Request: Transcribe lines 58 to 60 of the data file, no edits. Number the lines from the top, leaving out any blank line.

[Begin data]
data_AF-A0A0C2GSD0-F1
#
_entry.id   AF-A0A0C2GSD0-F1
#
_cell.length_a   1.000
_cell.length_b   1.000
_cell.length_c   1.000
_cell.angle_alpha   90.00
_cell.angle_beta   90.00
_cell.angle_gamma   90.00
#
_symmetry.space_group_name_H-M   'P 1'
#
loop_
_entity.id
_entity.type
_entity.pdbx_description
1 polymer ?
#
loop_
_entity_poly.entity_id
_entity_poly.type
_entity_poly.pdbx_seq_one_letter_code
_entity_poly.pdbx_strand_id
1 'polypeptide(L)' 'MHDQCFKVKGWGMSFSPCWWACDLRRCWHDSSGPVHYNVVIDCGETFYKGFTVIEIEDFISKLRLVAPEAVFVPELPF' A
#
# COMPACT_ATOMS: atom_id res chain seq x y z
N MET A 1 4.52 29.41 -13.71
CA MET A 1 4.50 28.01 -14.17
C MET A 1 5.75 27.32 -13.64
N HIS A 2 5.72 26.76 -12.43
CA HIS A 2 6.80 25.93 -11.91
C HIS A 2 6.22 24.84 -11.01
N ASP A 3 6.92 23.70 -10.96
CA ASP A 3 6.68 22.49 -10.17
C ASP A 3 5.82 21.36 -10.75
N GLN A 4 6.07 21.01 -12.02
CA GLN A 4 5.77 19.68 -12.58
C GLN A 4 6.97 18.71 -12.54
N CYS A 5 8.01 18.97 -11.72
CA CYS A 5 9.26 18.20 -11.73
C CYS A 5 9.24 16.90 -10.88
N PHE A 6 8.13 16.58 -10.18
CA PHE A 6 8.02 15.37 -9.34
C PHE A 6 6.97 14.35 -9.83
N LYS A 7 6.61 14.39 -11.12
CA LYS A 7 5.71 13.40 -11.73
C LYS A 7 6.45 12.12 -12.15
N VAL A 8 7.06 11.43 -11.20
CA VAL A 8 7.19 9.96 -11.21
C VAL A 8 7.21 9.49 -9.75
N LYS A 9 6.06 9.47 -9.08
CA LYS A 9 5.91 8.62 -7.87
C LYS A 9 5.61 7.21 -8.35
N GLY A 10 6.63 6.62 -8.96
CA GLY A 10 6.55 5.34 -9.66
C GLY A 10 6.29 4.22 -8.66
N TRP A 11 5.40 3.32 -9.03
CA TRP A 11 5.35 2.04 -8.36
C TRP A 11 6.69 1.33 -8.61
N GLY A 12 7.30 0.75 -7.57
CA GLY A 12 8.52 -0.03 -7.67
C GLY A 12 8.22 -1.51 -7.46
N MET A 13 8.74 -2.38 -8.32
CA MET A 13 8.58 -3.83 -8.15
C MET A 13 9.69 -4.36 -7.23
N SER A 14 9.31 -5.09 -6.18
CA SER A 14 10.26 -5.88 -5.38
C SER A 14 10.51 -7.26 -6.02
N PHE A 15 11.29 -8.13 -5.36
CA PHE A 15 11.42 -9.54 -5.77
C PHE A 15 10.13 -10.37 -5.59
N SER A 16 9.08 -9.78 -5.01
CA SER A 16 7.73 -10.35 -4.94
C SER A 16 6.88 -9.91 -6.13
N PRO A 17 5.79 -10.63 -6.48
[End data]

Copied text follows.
N TRP A 11 5.40 3.32 -9.03
CA TRP A 11 5.35 2.04 -8.36
C TRP A 11 6.69 1.33 -8.61